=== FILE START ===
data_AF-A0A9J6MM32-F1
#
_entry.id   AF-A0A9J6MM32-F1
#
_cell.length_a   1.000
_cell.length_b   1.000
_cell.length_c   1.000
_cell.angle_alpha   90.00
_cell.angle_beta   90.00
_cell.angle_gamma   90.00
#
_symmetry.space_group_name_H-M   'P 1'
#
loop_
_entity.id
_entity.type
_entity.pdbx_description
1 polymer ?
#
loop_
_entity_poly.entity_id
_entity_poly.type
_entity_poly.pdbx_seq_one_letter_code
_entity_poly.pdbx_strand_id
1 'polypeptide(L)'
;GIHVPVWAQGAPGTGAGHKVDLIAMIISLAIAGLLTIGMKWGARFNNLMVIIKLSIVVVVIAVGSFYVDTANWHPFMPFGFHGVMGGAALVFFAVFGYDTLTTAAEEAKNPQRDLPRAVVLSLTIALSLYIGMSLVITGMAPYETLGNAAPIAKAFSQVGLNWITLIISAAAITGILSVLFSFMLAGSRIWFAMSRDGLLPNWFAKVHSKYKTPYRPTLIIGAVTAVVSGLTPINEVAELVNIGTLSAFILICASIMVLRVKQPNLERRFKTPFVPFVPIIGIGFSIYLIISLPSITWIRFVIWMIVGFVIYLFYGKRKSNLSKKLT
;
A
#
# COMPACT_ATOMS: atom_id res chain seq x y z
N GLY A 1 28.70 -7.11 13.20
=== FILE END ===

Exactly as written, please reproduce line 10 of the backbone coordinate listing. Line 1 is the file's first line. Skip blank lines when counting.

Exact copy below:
_cell.angle_gamma   90.00